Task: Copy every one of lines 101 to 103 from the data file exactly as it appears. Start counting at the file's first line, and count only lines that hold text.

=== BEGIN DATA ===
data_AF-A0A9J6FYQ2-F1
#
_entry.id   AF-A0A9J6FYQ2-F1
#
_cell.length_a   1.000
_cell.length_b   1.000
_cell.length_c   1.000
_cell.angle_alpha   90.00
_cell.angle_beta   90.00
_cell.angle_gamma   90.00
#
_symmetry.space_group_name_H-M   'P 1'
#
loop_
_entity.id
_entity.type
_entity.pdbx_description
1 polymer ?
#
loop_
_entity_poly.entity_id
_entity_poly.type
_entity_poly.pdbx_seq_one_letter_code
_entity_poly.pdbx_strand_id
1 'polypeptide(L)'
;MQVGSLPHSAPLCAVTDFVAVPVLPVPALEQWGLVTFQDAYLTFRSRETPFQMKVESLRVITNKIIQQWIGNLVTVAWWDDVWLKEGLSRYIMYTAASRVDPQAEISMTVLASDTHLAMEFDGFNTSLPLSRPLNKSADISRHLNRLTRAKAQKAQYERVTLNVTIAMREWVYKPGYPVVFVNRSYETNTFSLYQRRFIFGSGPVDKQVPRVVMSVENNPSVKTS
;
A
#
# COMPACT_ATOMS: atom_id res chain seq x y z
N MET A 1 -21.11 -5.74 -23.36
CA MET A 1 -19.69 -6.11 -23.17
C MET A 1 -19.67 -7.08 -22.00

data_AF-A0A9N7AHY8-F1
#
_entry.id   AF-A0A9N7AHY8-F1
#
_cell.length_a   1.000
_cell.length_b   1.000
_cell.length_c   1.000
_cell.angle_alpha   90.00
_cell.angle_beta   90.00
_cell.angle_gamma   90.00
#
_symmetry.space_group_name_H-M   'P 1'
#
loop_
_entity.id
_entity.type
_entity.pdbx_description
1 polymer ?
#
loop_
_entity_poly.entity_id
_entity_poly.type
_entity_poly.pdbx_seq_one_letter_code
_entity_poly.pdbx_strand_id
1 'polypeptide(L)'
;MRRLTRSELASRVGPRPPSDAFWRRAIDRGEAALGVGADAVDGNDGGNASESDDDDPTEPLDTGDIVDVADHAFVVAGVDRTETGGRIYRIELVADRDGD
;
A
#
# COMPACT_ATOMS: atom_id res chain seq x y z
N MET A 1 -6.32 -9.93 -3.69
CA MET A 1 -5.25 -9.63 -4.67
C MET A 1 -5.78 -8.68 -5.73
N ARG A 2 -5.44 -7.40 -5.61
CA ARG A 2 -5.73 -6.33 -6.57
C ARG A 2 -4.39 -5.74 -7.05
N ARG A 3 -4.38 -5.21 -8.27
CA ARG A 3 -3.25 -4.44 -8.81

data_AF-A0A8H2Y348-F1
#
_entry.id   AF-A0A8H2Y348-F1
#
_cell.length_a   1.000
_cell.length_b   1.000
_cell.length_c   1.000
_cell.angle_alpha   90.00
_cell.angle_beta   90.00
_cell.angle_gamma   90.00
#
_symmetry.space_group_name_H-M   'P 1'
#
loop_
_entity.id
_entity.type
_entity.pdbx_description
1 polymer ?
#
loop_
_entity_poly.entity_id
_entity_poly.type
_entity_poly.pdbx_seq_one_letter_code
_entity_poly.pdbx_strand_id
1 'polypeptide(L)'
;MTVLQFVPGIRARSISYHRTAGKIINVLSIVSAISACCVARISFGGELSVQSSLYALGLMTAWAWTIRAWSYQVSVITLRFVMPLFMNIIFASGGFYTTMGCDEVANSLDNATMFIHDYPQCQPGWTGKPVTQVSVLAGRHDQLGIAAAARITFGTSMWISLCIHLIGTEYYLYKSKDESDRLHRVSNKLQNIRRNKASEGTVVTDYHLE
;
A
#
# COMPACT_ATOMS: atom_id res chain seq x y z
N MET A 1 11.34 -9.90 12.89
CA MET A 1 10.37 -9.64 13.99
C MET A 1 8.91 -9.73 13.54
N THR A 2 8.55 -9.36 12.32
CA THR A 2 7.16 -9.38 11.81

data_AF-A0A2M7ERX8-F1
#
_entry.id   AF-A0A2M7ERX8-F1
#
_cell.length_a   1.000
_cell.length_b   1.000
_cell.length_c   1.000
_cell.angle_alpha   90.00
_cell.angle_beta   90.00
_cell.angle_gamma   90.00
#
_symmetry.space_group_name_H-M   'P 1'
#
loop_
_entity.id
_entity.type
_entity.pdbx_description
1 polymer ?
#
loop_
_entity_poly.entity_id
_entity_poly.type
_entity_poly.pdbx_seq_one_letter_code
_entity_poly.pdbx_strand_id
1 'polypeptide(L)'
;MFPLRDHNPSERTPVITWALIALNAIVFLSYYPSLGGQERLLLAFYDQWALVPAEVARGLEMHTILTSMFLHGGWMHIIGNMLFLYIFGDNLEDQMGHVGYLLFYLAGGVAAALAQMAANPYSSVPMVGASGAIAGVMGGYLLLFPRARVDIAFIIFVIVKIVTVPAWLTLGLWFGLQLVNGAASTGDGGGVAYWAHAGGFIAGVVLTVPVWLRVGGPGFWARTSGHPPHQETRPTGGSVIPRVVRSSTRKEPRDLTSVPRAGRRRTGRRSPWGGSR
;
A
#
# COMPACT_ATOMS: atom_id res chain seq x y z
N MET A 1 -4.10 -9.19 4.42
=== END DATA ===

# COMPACT_ATOMS: atom_id res chain seq x y z
N MET A 1 11.34 -9.90 12.89
CA MET A 1 10.37 -9.64 13.99